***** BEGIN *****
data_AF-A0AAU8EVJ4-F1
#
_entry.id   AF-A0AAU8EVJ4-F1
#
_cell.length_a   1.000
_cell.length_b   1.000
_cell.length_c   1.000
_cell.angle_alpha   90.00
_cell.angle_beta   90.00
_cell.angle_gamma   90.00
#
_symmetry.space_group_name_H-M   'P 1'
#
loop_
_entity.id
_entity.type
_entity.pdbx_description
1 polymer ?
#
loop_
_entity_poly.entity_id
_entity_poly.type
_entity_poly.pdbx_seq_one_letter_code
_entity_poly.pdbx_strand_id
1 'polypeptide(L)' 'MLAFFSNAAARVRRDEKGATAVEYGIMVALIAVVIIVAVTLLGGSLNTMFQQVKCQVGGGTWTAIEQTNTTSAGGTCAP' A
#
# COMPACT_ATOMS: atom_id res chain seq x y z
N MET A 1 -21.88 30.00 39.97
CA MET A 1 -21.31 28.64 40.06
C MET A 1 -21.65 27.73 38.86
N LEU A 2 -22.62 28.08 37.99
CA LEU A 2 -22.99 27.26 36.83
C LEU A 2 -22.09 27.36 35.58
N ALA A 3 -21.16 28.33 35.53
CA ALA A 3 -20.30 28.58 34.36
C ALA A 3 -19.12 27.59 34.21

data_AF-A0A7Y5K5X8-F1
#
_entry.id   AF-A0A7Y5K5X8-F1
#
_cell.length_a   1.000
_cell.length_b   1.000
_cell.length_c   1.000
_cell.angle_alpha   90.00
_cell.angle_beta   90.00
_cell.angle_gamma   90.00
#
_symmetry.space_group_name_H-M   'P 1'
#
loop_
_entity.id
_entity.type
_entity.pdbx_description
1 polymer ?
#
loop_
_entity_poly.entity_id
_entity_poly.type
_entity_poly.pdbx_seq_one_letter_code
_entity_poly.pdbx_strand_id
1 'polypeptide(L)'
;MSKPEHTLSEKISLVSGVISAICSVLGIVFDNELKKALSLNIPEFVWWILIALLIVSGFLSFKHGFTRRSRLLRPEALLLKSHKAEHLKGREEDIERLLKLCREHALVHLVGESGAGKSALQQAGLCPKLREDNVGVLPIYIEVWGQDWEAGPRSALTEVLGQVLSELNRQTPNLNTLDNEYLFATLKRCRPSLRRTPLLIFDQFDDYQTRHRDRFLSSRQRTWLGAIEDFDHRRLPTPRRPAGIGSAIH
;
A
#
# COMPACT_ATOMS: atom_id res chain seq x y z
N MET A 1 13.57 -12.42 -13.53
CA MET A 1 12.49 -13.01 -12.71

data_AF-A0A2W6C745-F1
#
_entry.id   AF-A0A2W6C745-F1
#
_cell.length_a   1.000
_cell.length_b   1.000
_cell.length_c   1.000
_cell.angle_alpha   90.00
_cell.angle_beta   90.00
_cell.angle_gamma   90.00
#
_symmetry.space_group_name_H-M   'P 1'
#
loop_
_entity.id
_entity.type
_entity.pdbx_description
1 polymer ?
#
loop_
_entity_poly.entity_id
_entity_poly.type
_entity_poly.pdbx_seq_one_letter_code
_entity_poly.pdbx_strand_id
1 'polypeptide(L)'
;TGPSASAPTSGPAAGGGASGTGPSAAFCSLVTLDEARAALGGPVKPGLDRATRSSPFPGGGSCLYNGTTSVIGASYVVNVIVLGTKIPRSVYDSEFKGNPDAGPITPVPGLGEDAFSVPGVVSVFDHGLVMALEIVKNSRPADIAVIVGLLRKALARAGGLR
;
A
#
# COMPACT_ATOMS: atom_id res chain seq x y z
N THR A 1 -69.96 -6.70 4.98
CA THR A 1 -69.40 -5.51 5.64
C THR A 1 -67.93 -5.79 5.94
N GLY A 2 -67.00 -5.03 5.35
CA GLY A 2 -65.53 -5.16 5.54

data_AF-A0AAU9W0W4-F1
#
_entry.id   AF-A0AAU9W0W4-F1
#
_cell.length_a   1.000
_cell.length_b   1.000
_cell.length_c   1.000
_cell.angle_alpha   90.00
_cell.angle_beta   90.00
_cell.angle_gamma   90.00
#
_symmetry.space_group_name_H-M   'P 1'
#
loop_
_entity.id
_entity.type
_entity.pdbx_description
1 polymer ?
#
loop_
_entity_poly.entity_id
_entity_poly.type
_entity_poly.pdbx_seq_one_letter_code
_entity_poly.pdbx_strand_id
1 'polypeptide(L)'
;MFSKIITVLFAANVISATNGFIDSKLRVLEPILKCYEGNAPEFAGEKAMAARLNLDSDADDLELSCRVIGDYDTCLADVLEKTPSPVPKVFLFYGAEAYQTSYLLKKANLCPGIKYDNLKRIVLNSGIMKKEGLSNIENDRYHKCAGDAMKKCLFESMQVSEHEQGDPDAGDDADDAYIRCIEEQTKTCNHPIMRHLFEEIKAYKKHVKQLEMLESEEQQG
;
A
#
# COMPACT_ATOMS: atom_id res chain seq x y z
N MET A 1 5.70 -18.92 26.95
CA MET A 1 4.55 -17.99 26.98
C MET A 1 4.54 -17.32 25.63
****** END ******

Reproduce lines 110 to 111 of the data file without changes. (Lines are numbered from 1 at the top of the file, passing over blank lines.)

_cell.length_c   1.000
_cell.angle_alpha   90.00